Peter O’Neil | Vancouver Sun, September 20, 2016
OTTAWA — The Trudeau government is expected this week to launch a new round of consultations with northern B.C. First Nations on the controversial $7.9-billion Northern Gateway pipeline.
The move would be in response to a June ruling by the Federal Court of Appeal that quashed the former Conservative government’s 2014 approval of the proposed pipeline from Bruderheim, near Edmonton, to Kitimat on the West Coast.
Ottawa is facing a court-imposed Thursday deadline to determine whether it will appeal, and is confronting complex legal and political questions surrounding that decision.
The June court decision found that the former government’s consultations with affected First Nations were “brief, hurried and inadequate.”
But the two judges writing for the majority on the three-person appeal panel estimated that a new outreach process would only require about four months of talks, or “just a fraction of the time” since Enbridge first proposed the project in 2005.
The government is facing “very difficult issues” in relation to the decision, Natural Resources Minister Jim Carr told reporters Monday.
“We will make it in the time allotted to us by the Federal Court” of Appeal, he said.
One of the complicating factors is the government’s 2015 campaign promise to bring in a moratorium on oil tanker traffic on the northern B.C. coast.
Such a move would prevent the project from proceeding, though the government has never specified how long a moratorium — which by definition is temporary — would be in place.
The National Post reported earlier this year that the government hasn’t closed the door on the project if the proposed terminal was moved from Kitimat to Prince Rupert.
In the event of new consultations, the federal cabinet would have the option after the talks conclude to send the matter back to the National Energy Board, perhaps tasking the NEB to consider adding conditions to the 209 that the board has already imposed on the company.
The federal government would also have the option, after weighing the results of the consultations, to either approve or kill the project, the judges noted in their ruling.
Enbridge, which also has the option of appealing the June decision, has refused to speculate on what it wants the government to do.
“We’re aware of the upcoming deadline, but we’re not able to speculate on what the government will or won’t do,” said spokesman Ivan Giesbrecht.
University of Victoria aboriginal law professor Chris Tollefson, who represented one of the environmental groups involved in the court case, said he doesn’t expect an appeal by either Canada or the company.
The process would take up to two years if Canada’s top court agreed to hear the case, and Tollefson said permission is unlikely given that the judges were simply following the Supreme Court’s direction to lower courts on Aboriginal consultation.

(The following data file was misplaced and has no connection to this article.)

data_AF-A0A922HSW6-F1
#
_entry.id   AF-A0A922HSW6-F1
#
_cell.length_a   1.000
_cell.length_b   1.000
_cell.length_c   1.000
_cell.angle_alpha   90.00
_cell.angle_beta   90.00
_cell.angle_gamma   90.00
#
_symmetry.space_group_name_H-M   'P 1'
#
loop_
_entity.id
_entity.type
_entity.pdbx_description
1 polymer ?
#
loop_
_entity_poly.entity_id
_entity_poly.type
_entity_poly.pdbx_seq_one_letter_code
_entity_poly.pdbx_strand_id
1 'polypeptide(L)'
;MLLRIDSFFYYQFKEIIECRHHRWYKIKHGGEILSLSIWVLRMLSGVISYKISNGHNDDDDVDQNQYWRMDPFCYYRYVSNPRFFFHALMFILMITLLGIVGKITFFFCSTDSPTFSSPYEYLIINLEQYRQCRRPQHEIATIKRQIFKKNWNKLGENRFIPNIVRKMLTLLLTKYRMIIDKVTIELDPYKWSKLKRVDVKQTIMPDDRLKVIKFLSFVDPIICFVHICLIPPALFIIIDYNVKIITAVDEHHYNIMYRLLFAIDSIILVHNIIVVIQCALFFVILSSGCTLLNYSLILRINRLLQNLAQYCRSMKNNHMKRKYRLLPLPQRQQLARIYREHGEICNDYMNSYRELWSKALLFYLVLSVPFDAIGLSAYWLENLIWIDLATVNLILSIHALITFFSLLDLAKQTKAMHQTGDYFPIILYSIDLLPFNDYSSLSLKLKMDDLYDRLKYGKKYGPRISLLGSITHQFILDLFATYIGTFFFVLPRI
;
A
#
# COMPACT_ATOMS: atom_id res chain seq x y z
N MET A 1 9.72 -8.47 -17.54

There has been speculation that a federal decision to do more consultations would be based on concern about a possible costly lawsuit if it doesn’t take that step.
Enbridge has said it’s spent roughly $500 million so far on the approval process, and some suggest the Crown’s failure to adequately consult could open the door to a successful court case seeking damages.
But Tollefson, noting that the Supreme Court is traditionally deferential when it comes to cabinet decisions, said Enbridge would have an extremely difficult time winning such a case.
“I think it would be an extraordinary precedent for government to be held liable for regulatory negligence here,” he said in an e-mail Monday.
“The proponent would have to show that if a constitutionally adequate consultation had occurred, Cabinet would have still been granted project approval, and the project would have proceeded.”
The government is also weighing the politics involved.
With Environment Minister Catherine McKenna announcing Sunday that Ottawa will impose a national carbon tax system if provinces can’t agree on their own, some analysts have said they believe Prime Minister Justin Trudeau is laying the groundwork for a favourable decision in December on the $6.8-billion Kinder Morgan expansion of its pipeline system from Edmonton to Burnaby.
Killing Northern Gateway, when packaged with a national carbon tax, could provide Trudeau with the additional political cover he needs to convince British Columbians to accept the Kinder Morgan project over the objections of Vancouver Mayor Gregor Robertson, environmentalists and a number of First Nations.
Trudeau, when asked about pipelines, has always indicated he favours helping get Alberta’s bitumen to offshore markets.
But he always insists that any such effort be combined with steps to protect the environment and respect First Nations.
“One of the fundamental responsibilities of any prime minister is to get our resources to market,” he told the House of Commons in April.
“However, in the 21st century, getting those resources to market means doing it responsibly for communities, for indigenous peoples and for the environment.”